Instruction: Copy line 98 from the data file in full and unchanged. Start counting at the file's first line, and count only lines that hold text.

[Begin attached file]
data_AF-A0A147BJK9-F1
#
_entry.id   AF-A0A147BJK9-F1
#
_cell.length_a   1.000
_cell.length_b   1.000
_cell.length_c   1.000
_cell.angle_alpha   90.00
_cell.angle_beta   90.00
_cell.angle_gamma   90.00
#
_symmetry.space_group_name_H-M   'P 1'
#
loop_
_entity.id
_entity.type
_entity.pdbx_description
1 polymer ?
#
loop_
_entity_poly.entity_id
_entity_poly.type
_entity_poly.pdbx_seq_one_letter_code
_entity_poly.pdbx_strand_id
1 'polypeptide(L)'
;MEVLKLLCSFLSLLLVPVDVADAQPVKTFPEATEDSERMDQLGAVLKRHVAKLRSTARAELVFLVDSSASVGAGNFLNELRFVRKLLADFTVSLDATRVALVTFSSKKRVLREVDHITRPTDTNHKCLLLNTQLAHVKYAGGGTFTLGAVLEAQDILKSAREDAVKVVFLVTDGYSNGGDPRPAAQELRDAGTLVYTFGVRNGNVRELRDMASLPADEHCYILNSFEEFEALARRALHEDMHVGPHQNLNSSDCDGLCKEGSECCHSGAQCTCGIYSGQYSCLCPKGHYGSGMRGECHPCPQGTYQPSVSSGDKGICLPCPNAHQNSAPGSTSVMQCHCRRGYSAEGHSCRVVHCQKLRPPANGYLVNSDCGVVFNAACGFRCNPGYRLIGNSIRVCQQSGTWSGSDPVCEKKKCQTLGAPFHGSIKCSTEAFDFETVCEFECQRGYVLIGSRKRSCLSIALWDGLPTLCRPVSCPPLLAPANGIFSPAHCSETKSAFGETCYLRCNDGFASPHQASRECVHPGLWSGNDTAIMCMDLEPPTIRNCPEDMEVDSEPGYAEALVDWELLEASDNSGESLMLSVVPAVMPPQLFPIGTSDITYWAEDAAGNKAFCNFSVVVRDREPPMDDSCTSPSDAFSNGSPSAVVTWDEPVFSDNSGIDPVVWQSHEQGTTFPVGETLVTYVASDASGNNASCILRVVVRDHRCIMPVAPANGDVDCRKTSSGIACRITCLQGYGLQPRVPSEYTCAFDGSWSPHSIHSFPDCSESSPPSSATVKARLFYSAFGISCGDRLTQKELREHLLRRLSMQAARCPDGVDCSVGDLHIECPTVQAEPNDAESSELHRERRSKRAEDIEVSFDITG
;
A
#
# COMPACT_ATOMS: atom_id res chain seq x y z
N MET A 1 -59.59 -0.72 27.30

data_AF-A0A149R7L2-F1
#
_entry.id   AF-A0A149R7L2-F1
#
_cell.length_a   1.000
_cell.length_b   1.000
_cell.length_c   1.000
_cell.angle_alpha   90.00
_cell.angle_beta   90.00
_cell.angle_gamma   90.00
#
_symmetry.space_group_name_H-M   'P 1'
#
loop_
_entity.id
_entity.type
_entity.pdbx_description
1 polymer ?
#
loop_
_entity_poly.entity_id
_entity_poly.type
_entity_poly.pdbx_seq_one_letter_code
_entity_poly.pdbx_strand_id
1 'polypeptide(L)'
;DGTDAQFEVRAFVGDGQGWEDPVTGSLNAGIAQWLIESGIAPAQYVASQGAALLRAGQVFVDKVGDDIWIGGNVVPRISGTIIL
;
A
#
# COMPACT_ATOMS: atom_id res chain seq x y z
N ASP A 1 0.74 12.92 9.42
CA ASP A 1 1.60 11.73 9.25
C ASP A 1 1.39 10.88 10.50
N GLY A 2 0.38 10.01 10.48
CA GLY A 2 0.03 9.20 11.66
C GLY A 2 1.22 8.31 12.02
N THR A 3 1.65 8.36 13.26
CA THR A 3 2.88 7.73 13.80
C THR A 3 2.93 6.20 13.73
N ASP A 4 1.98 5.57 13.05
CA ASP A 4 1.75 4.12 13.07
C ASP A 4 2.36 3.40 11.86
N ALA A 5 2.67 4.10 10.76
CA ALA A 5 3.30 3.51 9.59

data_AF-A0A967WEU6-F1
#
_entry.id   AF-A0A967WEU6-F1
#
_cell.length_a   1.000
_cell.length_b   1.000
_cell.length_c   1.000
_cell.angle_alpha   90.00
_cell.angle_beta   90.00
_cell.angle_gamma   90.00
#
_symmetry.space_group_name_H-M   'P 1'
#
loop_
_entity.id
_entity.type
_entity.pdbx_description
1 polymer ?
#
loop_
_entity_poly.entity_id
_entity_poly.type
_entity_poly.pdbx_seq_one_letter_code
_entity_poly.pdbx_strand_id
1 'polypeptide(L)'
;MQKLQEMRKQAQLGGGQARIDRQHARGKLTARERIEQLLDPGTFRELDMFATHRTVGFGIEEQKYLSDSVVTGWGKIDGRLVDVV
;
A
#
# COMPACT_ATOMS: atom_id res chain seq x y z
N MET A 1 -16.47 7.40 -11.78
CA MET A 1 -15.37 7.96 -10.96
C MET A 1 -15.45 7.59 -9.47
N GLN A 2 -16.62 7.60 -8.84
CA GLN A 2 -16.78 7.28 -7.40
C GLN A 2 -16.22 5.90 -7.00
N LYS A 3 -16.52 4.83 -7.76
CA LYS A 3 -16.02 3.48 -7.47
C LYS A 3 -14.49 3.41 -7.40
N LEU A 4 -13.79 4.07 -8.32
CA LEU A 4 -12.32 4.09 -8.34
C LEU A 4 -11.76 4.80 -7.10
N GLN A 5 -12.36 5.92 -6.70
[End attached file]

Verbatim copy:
_entity_poly.pdbx_seq_one_letter_code